As Halloween approaches, costumes are hitting store shelves and pop-up stores are showing up in strip malls. Every year, we can bet money on what characters will be knocking on our door come October 31st. The latest blockbuster movies, TV shows and video games are sure to be heavily represented. There are also a handful of homemade costumes that make their way around the block. Then there are the tried and true costumes that never fall from grace. You know the ones – Disney Princesses and Heroes. Not only are they characters that everyone loves, but they can also be passed down to siblings without feeling outdated and stale. Isn’t it every young girl’s wish to grow up to be a princess, meet her Prince Charming and have a fairytale wedding and life? But what about the villains? Does anyone care about them? Let’s just say that they aren’t given their fair share of shelf space.
While villains aren’t the headline act, they do have a special place in stories. You cannot have a hero without an antagonist. The princess wouldn’t need to be saved by Prince Charming if there wasn’t someone or something to save her from. Wonder Forge embraced the concept and gave these ill-fated characters their very own board game, Disney Villainous.
Villainous is a strategy game where up to 6 people work take on their favorite baddie and work to achieve their designated objective before anyone else. With a stack of 30 Villain cards to support you and only 15 Fate cards to cause you to stumble, how hard can it be? From what you know of how things transpire for villains, I’m guessing you already know the answer to that. Each player selects a villain (Captain Hook, Jafar, Maleficent, Prince John, Queen of Hearts and Ursula) then gathers the respective board, Villain Guide, Reference Card and the two previously mentioned decks. Each villain’s board is set in front of the player with the deck of villain cards to the left and the fate cards to the right. There should be space above and below the board for placing cards. Fill the cauldron with Power Tokens and put it within reach of all players. Some boards reflect a lock symbol in the right space. Add a lock token to that space before beginning the game.
The goal is be the first to achieve your objective which is done by playing cards in your own realm while preventing others from reaching their objectives. Every villain has a different goal so you have to familiarize yourself with your opponents’ needs so you know when they’re getting close.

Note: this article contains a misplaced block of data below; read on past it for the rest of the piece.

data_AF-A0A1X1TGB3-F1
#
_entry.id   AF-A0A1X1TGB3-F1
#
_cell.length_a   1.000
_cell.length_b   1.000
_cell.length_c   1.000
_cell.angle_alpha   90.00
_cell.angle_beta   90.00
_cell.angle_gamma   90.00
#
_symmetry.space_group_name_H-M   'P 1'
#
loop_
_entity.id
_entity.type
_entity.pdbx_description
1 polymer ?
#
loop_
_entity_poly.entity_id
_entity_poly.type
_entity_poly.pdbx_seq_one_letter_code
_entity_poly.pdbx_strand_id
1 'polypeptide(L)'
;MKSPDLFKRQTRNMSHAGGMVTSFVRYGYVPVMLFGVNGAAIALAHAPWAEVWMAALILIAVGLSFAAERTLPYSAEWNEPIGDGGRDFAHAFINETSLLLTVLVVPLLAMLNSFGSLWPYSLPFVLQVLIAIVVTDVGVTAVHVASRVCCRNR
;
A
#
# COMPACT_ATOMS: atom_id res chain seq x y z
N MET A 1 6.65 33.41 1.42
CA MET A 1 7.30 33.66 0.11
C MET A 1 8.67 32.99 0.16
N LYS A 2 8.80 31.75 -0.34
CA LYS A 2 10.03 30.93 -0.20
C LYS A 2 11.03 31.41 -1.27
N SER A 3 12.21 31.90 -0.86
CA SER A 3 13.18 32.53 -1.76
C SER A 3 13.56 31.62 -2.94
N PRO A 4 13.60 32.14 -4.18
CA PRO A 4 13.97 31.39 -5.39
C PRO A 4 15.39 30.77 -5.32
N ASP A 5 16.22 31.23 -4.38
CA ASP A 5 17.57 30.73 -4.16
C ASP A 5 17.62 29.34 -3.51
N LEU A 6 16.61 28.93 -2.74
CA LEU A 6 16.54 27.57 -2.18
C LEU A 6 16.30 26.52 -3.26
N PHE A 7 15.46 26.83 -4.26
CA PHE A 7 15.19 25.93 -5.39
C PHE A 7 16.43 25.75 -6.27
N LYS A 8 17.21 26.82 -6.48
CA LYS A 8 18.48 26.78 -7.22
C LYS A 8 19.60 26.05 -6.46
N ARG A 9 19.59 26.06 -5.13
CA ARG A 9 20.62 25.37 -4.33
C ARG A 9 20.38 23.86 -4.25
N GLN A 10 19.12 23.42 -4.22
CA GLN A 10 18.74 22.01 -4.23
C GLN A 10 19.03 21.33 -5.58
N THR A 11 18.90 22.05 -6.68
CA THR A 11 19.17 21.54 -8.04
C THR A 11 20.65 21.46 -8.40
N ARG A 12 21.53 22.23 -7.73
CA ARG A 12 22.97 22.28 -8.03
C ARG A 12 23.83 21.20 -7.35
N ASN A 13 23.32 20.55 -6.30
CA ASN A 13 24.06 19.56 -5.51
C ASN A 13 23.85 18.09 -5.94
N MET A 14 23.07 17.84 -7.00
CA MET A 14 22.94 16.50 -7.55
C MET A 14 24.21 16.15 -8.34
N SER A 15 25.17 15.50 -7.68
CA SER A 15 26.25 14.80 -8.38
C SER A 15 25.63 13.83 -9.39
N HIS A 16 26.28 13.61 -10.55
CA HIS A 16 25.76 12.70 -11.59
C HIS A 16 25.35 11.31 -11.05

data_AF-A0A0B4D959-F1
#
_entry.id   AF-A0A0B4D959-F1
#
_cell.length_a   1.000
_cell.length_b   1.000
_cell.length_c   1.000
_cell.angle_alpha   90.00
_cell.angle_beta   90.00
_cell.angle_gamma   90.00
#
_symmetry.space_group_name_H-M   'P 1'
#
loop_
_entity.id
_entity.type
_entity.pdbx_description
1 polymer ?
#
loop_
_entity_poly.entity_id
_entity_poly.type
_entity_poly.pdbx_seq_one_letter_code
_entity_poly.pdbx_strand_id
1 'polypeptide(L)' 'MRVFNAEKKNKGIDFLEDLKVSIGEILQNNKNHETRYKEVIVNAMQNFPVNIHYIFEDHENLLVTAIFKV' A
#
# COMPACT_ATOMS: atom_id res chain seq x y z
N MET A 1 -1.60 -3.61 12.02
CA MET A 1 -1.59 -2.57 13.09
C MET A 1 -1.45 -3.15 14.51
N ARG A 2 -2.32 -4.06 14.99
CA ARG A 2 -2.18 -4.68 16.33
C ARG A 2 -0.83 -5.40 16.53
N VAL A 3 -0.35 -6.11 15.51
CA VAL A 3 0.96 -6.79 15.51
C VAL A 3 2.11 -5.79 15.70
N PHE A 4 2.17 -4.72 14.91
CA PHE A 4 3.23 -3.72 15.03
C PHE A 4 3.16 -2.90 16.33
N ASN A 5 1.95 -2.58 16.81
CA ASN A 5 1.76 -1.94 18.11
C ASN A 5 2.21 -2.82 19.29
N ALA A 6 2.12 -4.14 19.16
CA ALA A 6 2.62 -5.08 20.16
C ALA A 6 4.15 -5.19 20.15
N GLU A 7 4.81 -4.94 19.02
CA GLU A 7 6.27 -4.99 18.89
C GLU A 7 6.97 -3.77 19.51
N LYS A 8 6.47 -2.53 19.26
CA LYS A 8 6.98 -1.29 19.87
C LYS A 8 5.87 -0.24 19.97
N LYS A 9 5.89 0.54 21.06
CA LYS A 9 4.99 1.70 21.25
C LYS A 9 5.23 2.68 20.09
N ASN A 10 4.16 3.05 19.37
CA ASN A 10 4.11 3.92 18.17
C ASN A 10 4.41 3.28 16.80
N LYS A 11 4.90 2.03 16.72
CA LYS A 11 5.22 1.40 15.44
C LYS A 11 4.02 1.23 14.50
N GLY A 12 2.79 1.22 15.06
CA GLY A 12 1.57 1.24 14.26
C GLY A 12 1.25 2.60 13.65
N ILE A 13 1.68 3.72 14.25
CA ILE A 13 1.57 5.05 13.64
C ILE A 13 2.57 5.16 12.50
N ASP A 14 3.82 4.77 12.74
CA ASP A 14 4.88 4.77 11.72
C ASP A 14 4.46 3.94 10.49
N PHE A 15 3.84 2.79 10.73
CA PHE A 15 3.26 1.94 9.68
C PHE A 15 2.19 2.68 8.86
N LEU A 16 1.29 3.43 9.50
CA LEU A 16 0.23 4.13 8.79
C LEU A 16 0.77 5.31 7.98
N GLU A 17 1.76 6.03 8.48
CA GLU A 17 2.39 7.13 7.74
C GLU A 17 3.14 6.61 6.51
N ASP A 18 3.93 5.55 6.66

Within the two decks, you’ll find a variety of types of cards including Allies, Heroes, Items, Effects and Conditions. If the card has a cost, it will be displayed in the upper left. Allies and Heroes have strength points which are displayed in the lower left of the card. When a Hero is played from the Fate deck, it will take Allies with equivalent or greater strength to defeat it. Item cards provide benefits to other cards or actions and to an Ally or Hero when attached to it. Effect cards do as the name implies whereas Condition cards can only be played during an opponent’s turn.
On your turn, you’ll perform three steps. Move your villain to a different space in your realm. Once there, you may perform all the actions that are visible in any order. You’ll wrap up your turn by drawing cards. There are 8 possible action options: (1) Gain Power tokens (2) Play any card from your hand by paying the cost using Power tokens (3) Activate an Item or Ally in your Realm and pay any related cost (4) Perform a Fate action on an opponent. (5) Move an Item or Ally to another space in your Realm. (6) Move a Hero to an adjacent location in your Realm (7) Vanquish one Hero at any location in your Realm by using Allies at the same location and (8) Discard cards from your hand so when you replenish at the end of your turn, you’ll hopefully get something more useful.
What is interesting about Villainous is that each realm is kept true to the story and characters. You won’t see Tinkerbell hanging out with Maleficent as an example. In order to impact another player, you’ll take the Fate action, draw two cards from THEIR deck of Fate cards and play one. The card you select is played on the top portion of their board whereas their own cards are played below it. The first thing you’ll notice is that Fate cards overlap some of the actions. Until that Fate card is removed using the Vanquish action, those hidden actions can’t be used. In order to Vanquish someone, you’ll need to meet or exceed the strength of those Heroes/Items by utilizing your own Allies/Items in the same location.
You’ll continue the turn process until one player meets their objective then the game ends immediately and as I mentioned before, each Villain’s objective is different. The game is well balanced and interesting and appeals to regular gamers as well as Disney fanatics. The best part is that there’s no lack of Disney Villains so the opportunity to expand this game is immense. I’m hoping Wonder Forge regularly releases new villain packs to ensure the game stays fresh. Right now, you can log onto their website and vote for the Villain you would like to play! The game sold out during Gen Con and the buzz makes it difficult to find in stores right now. It’s currently available on Amazon for less than it costs our family to see one movie! Be the first to hear about Villainous expansions as well as their other games by following Wonder Forge on Facebook and Twitter.
Which villain would you like to see included?